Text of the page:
Two things you can do to minimize sediment:

  1. After letting it brew, before plunging, use a couple of spoons to scoop out as much of the coffee grounds as you can. This video shows a demonstration of this.

  2. Decant the coffee. Pour the coffee from the press into another jug and let it settle a moment before pouring into your cups.

Another tip: Place a saucer over the top of the press for the four minutes to minimise heat loss.

share|improve this answer
    
It's a pretty coarse grind. My device doesn't have numbered settings - it has an internal bolt which, if disassembled, can be tightened or loosened - but I did mini-grinds a couple beans at a time until I had something comparable to what's going on in this other post: cooking.stackexchange.com/questions/4996/… –  sudowned Jan 5 '13 at 0:29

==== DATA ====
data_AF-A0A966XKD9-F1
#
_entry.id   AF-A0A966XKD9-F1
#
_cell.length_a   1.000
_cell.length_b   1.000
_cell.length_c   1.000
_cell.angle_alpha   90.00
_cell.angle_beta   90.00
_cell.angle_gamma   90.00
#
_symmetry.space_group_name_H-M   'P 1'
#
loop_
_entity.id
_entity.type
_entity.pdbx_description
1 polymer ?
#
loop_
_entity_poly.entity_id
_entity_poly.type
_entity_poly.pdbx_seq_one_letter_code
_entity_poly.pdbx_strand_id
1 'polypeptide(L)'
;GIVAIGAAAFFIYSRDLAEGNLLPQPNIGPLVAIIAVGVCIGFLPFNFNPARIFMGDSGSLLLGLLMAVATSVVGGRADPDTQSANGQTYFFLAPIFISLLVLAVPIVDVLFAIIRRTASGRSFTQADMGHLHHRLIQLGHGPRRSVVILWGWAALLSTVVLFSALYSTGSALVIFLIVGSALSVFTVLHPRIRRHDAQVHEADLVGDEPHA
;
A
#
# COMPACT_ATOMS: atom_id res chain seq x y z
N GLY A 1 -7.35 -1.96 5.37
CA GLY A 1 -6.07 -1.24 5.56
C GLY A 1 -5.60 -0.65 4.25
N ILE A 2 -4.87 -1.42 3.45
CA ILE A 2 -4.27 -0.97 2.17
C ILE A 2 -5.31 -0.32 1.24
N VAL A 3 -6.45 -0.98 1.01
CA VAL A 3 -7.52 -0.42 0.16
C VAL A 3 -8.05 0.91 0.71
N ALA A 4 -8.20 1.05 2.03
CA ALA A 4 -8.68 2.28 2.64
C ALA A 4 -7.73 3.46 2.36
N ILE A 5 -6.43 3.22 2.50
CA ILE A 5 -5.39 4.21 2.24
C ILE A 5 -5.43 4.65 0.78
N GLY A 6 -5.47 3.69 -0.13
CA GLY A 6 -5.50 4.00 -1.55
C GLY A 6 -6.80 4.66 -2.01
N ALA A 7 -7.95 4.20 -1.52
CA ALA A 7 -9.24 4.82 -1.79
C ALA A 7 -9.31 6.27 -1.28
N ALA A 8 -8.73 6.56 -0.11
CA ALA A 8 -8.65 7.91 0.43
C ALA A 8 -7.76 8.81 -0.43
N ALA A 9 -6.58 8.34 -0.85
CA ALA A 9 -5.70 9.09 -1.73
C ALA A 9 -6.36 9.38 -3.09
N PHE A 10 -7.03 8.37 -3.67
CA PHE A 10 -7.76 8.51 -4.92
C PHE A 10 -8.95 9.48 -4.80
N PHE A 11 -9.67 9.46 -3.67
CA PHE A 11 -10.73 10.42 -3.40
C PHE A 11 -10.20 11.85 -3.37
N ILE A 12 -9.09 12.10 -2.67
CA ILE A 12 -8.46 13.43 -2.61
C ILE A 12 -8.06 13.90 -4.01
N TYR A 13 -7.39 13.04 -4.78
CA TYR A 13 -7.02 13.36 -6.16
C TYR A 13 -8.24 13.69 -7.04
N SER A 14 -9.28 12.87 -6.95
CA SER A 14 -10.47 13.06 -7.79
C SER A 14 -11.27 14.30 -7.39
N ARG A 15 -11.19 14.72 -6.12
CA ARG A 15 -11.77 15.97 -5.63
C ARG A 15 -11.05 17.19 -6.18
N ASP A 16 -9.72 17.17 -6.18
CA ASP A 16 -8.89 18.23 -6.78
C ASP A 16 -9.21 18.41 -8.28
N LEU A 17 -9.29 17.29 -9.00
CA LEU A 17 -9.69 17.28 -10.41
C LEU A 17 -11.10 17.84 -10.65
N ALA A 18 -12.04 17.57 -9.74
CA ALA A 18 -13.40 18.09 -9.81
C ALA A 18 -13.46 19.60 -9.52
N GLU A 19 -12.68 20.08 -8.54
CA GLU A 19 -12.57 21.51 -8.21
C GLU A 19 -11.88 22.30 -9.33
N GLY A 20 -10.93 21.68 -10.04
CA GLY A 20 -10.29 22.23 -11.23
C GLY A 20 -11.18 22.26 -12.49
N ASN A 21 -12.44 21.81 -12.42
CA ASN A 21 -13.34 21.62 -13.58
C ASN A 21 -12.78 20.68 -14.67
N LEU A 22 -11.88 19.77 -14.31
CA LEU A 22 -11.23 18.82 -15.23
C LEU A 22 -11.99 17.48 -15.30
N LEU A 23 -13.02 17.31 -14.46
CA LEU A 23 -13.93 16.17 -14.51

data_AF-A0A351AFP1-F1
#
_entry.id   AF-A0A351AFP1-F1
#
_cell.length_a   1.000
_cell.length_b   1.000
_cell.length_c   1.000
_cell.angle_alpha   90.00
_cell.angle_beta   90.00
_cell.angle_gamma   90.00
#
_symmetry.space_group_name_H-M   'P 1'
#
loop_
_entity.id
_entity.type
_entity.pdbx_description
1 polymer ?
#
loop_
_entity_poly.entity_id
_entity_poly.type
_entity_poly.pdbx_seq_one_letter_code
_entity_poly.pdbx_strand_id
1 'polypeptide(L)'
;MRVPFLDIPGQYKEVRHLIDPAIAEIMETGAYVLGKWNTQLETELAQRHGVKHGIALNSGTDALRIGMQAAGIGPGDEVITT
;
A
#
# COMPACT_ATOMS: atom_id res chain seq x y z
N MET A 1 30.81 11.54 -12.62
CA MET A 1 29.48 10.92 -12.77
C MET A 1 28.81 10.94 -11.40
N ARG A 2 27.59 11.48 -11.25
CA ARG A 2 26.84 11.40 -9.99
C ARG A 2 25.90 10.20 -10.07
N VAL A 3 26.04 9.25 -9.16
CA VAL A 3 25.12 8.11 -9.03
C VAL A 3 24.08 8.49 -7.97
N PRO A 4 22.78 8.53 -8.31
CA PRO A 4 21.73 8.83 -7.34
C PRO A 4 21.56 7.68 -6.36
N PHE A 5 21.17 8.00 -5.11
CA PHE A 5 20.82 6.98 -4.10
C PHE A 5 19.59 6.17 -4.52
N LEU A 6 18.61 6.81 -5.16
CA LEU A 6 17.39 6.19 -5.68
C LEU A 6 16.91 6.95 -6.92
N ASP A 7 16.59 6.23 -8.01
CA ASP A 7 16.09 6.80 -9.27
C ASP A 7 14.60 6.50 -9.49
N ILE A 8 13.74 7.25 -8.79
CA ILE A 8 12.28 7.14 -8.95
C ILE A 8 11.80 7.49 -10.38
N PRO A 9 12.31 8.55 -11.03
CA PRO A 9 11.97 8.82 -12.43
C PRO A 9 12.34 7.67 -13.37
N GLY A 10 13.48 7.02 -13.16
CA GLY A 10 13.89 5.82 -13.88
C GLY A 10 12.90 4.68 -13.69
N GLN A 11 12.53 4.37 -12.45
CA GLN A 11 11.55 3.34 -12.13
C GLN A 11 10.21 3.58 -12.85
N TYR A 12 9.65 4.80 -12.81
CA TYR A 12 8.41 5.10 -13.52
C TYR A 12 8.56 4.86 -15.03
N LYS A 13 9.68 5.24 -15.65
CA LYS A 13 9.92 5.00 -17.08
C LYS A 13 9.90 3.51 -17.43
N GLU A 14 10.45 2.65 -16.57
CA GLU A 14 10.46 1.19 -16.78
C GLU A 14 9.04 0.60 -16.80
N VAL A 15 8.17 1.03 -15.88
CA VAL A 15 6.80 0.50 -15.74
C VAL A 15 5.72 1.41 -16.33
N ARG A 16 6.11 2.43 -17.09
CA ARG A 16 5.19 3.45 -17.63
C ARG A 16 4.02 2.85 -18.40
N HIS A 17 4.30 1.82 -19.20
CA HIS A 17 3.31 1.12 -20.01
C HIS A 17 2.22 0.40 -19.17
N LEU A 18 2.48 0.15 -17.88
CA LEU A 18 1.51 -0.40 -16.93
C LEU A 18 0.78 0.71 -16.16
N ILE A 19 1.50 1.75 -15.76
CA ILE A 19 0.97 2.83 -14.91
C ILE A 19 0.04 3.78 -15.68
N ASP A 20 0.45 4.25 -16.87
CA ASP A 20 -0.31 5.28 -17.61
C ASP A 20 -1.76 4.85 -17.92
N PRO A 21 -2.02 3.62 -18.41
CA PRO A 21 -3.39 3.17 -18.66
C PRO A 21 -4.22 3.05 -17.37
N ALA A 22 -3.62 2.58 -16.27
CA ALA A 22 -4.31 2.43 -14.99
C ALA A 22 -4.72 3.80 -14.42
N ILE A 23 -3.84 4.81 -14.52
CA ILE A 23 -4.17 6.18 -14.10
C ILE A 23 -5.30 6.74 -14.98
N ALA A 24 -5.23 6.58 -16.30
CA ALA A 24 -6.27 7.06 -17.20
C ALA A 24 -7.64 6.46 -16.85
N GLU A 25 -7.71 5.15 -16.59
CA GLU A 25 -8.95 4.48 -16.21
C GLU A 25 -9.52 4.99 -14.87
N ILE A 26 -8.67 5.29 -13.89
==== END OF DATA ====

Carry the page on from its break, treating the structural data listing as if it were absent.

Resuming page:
I think the decanting suggestion's a pretty good one. I wonder if part of my problem might be stirring the coffee midway through the steep, because - separate from this dusty taste - there definitely ARE bits coming through. –  sudowned Jan 5 '13 at 0:35
    
I apologize, but I disagree with scooping out the grinds. French Press makes the best coffee, but people over-complicate it, sending newbies into a dash for their nearest Staryucks. –  Thomas Jan 5 '13 at 16:01
    
I never stir my french press mid-steep. You can't see it, but imagine there is a large volume of silty sediment that's settling during the steeping process. You will almost always see less silt by 1. grinding courser, 2. leaving it be while steeping, 3. steeping long enough, and 4. not drinking the dregs. –  ashkan Jan 5 '13 at 17:30
1  
sudowned - Give it a try, at least. If it don't work for you, then it don't work for you and you've confirmed your assumption. On the other hand... –  Evan Jan 6 '13 at 5:06
show 1 more comment